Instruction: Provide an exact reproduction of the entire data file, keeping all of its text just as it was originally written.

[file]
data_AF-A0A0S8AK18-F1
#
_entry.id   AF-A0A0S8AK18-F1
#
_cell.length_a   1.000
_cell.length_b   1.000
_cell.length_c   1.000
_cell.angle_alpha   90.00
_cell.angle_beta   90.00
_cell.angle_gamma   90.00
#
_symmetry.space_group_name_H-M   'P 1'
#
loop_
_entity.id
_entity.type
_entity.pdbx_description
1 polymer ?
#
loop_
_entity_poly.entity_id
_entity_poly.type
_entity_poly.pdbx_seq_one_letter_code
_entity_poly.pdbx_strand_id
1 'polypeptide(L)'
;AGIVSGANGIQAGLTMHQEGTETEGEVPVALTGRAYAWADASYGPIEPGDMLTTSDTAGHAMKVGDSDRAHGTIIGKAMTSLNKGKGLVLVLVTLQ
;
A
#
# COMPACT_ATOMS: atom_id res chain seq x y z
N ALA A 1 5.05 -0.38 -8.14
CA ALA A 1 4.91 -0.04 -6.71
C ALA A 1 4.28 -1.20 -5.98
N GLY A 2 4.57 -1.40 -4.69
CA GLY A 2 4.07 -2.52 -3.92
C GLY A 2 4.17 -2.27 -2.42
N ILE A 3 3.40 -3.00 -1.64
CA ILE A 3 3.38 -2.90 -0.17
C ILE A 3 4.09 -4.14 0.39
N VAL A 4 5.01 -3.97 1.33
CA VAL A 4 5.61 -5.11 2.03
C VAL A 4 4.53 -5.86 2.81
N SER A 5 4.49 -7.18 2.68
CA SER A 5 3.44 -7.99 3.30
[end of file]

data_AF-A0A0S8AK18-F1
#
_entry.id   AF-A0A0S8AK18-F1
#
_cell.length_a   1.000
_cell.length_b   1.000
_cell.length_c   1.000
_cell.angle_alpha   90.00
_cell.angle_beta   90.00
_cell.angle_gamma   90.00
#
_symmetry.space_group_name_H-M   'P 1'
#
loop_
_entity.id
_entity.type
_entity.pdbx_description
1 polymer ?
#
loop_
_entity_poly.entity_id
_entity_poly.type
_entity_poly.pdbx_seq_one_letter_code
_entity_poly.pdbx_strand_id
1 'polypeptide(L)'
;AGIVSGANGIQAGLTMHQEGTETEGEVPVALTGRAYAWADASYGPIEPGDMLTTSDTAGHAMKVGDSDRAHGTIIGKAMTSLNKGKGLVLVLVTLQ
;
A
#
# COMPACT_ATOMS: atom_id res chain seq x y z
N ALA A 1 5.05 -0.38 -8.14
CA ALA A 1 4.91 -0.04 -6.71
C ALA A 1 4.28 -1.20 -5.98
N GLY A 2 4.57 -1.40 -4.69
CA GLY A 2 4.07 -2.52 -3.92
C GLY A 2 4.17 -2.27 -2.42
N ILE A 3 3.40 -3.00 -1.64
CA ILE A 3 3.38 -2.90 -0.17
C ILE A 3 4.09 -4.14 0.39
N VAL A 4 5.01 -3.97 1.33
CA VAL A 4 5.61 -5.11 2.03
C VAL A 4 4.53 -5.86 2.81
N SER A 5 4.49 -7.18 2.68
CA SER A 5 3.44 -7.99 3.30